MacBook ARM chips to be unveiled at WWDC 2020 — and Intel should be worried

MacBook Pro 2020
(Image credit: Apple)

The biggest change to Macs in more than a decade. could be just weeks away. Apple will reportedly announce at its WWDC 2020 conference on June 22 that it plans to make its own processors for Mac computers. And Intel would be kicked to the curb.

As reported by Bloomberg, Apple wants to give developers enough time to adjust ahead of the release of new Macs in 2021 that will be powered by Apple’s own chips. However, the timing of the announcement could change.

The new processors will reportedly be based on the same technology used in the iPhone and iPad. And that’s good news, since the A13 Bionic in the iPhone 11 and iPhone 11 Pro is the fastest chip in a phone, and the A12Z Bionic inside the iPad Pro is faster than many of the best laptops.

Based on early leaks, the upcoming A14 Bionic chip destined for the iPhone 12 could be as powerful as the MacBook Pro’s current CPU. And because it’s based on a 5-nanometer process, this chip should also be more efficient than anything in Intel’s stable.

However, because the new MacBook processors are based on ARM technology, software developers will need time to ensure that their apps are compatible. Apple has also been bringing its iPad apps to the Mac platform to show how easy it is for devs to port their wares from mobile devices to Mac computers.

As Bloomberg notes, Apple has been working with Intel on Mac processors since 2005, so this would represent a sea change for Intel and the entire computing industry. And even though Apple commands only 10% of the PC market, this move may accelerate the transition away from Intel by other brands.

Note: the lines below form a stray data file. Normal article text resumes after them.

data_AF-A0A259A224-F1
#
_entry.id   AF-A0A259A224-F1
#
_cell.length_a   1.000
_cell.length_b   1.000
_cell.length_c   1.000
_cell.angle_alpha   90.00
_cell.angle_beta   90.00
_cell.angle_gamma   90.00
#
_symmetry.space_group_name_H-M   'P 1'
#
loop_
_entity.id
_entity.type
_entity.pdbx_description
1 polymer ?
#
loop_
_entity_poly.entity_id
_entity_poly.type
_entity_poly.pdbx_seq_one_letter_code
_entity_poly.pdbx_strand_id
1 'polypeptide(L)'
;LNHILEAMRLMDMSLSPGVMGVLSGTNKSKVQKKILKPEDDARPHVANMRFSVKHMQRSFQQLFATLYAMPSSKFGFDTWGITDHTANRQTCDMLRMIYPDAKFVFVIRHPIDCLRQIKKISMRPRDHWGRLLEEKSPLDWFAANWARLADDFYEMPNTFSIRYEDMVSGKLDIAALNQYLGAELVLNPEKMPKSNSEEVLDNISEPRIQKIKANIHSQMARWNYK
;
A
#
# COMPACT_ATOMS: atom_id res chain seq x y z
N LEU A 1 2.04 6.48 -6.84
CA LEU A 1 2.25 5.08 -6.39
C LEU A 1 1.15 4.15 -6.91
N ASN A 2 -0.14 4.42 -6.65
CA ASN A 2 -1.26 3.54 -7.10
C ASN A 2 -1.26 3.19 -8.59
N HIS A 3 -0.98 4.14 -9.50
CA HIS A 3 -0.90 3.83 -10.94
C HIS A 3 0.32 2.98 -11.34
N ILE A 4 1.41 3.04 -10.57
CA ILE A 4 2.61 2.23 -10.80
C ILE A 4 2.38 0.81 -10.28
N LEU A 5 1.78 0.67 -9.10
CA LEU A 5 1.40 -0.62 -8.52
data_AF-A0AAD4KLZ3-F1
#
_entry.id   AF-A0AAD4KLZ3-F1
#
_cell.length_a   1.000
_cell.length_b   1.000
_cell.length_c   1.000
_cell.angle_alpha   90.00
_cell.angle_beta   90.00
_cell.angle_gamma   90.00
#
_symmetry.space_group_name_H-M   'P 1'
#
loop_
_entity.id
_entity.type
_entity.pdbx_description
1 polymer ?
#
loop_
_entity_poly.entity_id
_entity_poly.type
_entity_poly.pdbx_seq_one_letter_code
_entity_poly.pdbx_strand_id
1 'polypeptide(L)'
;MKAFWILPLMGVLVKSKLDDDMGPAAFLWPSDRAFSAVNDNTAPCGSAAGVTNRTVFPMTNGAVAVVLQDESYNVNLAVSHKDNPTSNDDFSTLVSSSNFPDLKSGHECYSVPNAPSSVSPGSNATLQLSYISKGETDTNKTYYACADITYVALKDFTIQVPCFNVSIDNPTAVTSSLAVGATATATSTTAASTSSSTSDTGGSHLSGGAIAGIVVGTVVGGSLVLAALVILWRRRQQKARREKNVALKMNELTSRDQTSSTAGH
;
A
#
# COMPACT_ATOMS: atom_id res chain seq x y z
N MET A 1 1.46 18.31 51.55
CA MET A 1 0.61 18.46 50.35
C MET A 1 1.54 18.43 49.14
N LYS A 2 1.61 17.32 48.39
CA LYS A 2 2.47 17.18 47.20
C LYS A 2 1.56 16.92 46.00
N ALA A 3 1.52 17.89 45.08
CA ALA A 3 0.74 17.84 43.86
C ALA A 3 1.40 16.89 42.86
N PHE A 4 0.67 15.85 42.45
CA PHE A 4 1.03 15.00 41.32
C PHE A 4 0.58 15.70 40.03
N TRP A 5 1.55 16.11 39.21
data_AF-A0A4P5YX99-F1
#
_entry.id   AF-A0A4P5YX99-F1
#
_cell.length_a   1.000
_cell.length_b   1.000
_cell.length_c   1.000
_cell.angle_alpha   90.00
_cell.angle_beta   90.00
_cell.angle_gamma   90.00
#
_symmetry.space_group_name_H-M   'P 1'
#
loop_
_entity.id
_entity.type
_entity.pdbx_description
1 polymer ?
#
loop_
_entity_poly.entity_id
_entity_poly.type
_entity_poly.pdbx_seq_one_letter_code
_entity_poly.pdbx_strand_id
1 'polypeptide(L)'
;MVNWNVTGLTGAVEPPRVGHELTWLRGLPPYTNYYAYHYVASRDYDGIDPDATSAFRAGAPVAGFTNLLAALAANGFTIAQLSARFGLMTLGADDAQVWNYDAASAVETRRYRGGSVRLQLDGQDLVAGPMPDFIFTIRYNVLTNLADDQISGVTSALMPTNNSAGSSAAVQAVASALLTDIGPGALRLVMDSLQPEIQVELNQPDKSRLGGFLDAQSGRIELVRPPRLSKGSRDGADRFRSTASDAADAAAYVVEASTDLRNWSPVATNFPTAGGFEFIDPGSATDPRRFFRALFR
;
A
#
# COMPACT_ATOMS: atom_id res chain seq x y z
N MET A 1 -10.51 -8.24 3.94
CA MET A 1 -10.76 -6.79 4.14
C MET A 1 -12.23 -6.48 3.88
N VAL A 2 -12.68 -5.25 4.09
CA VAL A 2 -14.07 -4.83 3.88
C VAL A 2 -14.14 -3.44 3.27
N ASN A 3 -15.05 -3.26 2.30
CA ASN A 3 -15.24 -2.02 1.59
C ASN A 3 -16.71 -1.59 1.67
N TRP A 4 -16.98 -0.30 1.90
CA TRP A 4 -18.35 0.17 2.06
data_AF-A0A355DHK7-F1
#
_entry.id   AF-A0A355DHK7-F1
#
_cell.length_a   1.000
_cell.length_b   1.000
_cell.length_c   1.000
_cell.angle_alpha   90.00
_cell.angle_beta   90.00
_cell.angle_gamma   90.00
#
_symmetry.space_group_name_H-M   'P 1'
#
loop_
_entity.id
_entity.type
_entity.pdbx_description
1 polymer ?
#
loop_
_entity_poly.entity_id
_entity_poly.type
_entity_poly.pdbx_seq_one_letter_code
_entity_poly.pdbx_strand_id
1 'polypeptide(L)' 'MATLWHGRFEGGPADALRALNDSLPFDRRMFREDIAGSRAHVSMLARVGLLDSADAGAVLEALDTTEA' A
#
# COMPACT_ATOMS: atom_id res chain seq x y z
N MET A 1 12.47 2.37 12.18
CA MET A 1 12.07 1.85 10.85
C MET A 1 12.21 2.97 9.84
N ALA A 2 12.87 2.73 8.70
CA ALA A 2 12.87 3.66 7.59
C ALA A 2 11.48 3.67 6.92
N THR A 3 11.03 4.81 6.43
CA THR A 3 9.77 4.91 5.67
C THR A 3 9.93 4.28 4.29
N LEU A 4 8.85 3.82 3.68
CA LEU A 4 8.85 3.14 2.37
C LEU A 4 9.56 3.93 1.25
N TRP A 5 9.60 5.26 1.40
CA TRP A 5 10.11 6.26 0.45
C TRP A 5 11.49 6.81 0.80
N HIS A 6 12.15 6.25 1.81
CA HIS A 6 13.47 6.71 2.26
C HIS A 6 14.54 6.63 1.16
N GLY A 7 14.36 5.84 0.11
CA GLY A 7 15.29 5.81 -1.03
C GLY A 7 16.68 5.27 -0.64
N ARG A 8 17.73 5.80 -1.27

For example, the Surface Pro X uses an ARM-powered SQ1 processor co-developed by Microsoft and Qualcomm. And Samsung’s upcoming Galaxy Tab S7 is expected to be powered by Qualcomm’s Snapdragon 865 processor. 

Apple reportedly decided to make the move away from Intel after testing of ARM-based Macs revealed a performance gap versus Intel chips, especially in terms of graphics, AI and battery life.

The move to ARM would also enable Apple to deliver thinner and lighter designs. The 13-inch MacBook Pro, for example, has had the same chassis for several years. And it’s heavier and thicker than many Windows-powered rivals. Perhaps Apple has been waiting to make bigger design changes pending the arrival of these new chips.

Apple is reportedly working on three of its own Mac processors, according to Bloomberg. And the first will be based on the A14 chip inside the iPhone 12. That system on a chip will contain a CPU, a GPU and a Neural Engine for machine learning and AI.

Ultimately, the writing is on the wall for Intel when it comes to Apple. And we can’t wait to see the next wave of Macs that arise from these new chips as Apple embraces other new technologies like mini LED displays for MacBooks.

Mark Spoonauer

Mark Spoonauer is the global editor in chief of Tom's Guide and has covered technology for over 20 years. In addition to overseeing the direction of Tom's Guide, Mark specializes in covering all things mobile, having reviewed dozens of smartphones and other gadgets. He has spoken at key industry events and appears regularly on TV to discuss the latest trends, including Cheddar, Fox Business and other outlets. Mark was previously editor in chief of Laptop Mag, and his work has appeared in Wired, Popular Science and Inc. Follow him on Twitter at @mspoonauer.